Essentially Ashland: By Lance K. Pugh

Whether you have it or not, health insurance is a very expensive proposition. Every year the price and deductible goes up and your coverage goes down, leaving you with a distinct depression, which does not seem to be covered sufficiently.

Some months ago while anguishing over another insurance increase, one of our dreams was answered. Our deductable, premium and co-pays were reduced to zero "¦ because we were being dropped by our insurer of a decade, using an excuse that would take the Supreme Court to interpret. It was just as well, we guessed, as my wife's professional organization offered a better plan. A month later we were told that the insurer was discontinuing coverage for her organization, leaving thousands of members facing potential bankruptcy if they stubbed the wrong toe.

Keeping on a brave face I began to research to find new coverage. What I found out froze the marrow in my bones and caused me to fall into bouts of cold sweat:

Obtaining new coverage resembles the heydays of buying a new car. You had to decide on a make and model, wrestle with a hundred accessories, then negotiate on the whole as if it were an omelet getting cold on the kitchen table. Be sure to bring plenty of napkins because it is going to be messy. Hold the toast and jam as you will not be able to afford them.

I was confident that I could figure out the options, costs and conditions, so I went on the Web and began my search. I learned that it is nearly impossible to get coverage if you have seen your doctor for any reason during the last five years. Nor do policies abound if you are not a member of the high school track team or weigh more than 5 pounds over that of a normal person your height who has been on a juice fast for two months. May someone of stature forgive you if you are on any medications whatsoever, have ever had any form of surgery or even discussed any aches and pains with your physician.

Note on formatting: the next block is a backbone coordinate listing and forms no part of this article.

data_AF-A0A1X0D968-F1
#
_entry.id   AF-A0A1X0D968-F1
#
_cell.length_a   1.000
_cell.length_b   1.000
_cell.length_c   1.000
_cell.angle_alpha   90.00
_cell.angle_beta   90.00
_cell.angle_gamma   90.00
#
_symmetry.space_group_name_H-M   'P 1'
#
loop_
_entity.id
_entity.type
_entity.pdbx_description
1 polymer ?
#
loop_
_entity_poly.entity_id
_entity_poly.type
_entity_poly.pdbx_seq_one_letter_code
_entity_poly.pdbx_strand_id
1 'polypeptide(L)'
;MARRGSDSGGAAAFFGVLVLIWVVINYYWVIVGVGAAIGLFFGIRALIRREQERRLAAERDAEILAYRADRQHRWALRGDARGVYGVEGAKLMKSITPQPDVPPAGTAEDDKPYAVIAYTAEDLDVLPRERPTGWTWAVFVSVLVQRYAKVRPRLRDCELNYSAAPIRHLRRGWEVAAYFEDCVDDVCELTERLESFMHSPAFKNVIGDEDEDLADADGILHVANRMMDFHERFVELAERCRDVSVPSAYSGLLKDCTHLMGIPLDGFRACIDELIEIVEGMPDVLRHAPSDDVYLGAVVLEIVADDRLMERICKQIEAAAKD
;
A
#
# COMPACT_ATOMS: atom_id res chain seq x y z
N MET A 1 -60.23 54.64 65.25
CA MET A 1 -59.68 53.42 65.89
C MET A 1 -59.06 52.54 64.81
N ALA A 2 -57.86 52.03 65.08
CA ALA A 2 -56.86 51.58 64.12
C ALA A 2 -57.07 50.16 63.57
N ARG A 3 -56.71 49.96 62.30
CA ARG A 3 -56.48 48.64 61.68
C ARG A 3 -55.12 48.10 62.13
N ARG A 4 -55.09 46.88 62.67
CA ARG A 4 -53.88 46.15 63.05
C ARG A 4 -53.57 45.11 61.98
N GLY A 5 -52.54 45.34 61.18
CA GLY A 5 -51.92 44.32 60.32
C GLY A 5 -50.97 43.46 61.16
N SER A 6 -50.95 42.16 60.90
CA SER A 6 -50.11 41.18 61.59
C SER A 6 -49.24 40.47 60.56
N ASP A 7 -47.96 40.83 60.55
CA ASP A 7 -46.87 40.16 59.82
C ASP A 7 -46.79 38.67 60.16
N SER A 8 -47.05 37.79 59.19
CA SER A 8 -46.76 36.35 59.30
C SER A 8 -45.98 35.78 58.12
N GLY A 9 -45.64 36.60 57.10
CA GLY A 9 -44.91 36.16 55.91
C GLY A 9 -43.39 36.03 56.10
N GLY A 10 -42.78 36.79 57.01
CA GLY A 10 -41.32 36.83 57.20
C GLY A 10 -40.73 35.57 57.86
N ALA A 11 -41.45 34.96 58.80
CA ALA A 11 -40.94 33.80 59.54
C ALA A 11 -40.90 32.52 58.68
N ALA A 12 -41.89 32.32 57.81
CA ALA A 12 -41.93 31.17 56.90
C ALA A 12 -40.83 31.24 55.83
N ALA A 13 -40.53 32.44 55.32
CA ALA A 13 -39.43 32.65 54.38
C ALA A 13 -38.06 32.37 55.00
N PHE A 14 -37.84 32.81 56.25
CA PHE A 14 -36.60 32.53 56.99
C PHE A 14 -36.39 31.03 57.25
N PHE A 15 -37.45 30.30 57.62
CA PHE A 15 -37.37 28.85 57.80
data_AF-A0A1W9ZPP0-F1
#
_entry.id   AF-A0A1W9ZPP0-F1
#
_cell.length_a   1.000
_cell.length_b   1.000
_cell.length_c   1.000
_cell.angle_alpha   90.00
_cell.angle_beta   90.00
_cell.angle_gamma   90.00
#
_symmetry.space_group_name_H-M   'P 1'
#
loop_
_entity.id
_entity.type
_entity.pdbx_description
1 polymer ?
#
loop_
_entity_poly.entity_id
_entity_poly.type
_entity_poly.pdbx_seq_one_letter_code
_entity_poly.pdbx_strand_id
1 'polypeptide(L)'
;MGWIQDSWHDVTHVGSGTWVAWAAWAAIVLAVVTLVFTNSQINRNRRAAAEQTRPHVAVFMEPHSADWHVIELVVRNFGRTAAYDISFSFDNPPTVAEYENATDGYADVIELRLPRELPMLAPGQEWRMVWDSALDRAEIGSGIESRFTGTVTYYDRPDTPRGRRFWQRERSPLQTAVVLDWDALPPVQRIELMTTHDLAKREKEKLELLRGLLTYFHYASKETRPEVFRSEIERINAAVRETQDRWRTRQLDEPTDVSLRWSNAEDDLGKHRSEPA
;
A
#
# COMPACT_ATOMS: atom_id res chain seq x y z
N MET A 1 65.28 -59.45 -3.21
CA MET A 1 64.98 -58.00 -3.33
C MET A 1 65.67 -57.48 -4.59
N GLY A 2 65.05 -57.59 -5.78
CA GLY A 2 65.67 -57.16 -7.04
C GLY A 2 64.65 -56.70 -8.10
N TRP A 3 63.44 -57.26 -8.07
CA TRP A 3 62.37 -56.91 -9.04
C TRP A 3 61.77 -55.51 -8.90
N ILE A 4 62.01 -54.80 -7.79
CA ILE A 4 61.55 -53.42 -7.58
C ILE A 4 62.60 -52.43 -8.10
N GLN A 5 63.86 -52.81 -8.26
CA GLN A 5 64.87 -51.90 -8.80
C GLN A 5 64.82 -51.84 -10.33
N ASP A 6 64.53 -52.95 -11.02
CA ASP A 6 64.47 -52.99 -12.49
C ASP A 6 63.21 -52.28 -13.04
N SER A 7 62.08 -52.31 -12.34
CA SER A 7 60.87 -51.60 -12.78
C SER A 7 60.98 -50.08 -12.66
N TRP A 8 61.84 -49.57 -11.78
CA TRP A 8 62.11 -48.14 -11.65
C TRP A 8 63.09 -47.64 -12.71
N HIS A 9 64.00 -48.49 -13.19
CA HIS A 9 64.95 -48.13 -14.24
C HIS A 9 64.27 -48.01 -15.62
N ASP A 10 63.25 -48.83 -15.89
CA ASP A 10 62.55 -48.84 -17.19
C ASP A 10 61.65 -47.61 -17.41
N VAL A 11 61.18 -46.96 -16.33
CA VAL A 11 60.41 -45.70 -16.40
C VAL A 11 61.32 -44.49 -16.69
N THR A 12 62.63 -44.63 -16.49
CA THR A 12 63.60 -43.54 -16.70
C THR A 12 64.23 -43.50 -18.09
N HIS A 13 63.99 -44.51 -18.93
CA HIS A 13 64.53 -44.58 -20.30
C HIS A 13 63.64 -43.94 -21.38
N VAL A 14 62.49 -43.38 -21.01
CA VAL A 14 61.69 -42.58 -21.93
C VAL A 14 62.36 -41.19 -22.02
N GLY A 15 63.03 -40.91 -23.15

After examining hundreds of plans from dozens of insurers, I thought that I had hit the jackpot, though some tradeoffs were that it came with a $5,000 deductable, a limit of two doctor visits per year, no prescription coverage and a very high co-pay. Dental and vision also were noticeably absent, which, at first, I didn't detect as I was sucking on a clove for a throbbing tooth while hunting for my reading glasses, which seem to scurry and giggle from room to room, always just around the corner.

I should have sensed that all was not roses as the plan made it mandatory for me to pay for coverage for eyeglasses and pregnancy (that I am a male did not even register to the agent), while insisting that I drive through my dentist's parking lot at least once a year. It covered prescriptions with a co-pay higher than the cost of the medicine, while screening me only for malaria, gout and measles.

After only a few days on the phone with an agent, we came up with a plan that would fit the budget: Major surgery was covered, but anesthesia was not. You had to leave the hospital within three hours of surgery and find your own way home in a wooden wheelchair. The usual pain associated with the procedure was to be masked by a single ibuprofen, cut in thirds, which was sold to you for $23 in cash. Stitches were to be removed by a pair of pliers and questions to any medical personnel were to be sent by postcard, phone calls not being covered or permitted. As a nutritional bonus you were shoved out the electric doors with a doggie bag quarter-filled with little squares of green Jell-O, to serve as a remembrance of your catered stay.

The only factor that made the plan truly affordable was the odd/even clause. My wife was covered on even days and I was covered on odd days. The dog got coverage on the last day of the month.

Lance@journalist.com was last seen dressed in hockey gear while sitting in his home office, there to hopefully avoid any health/accident claims.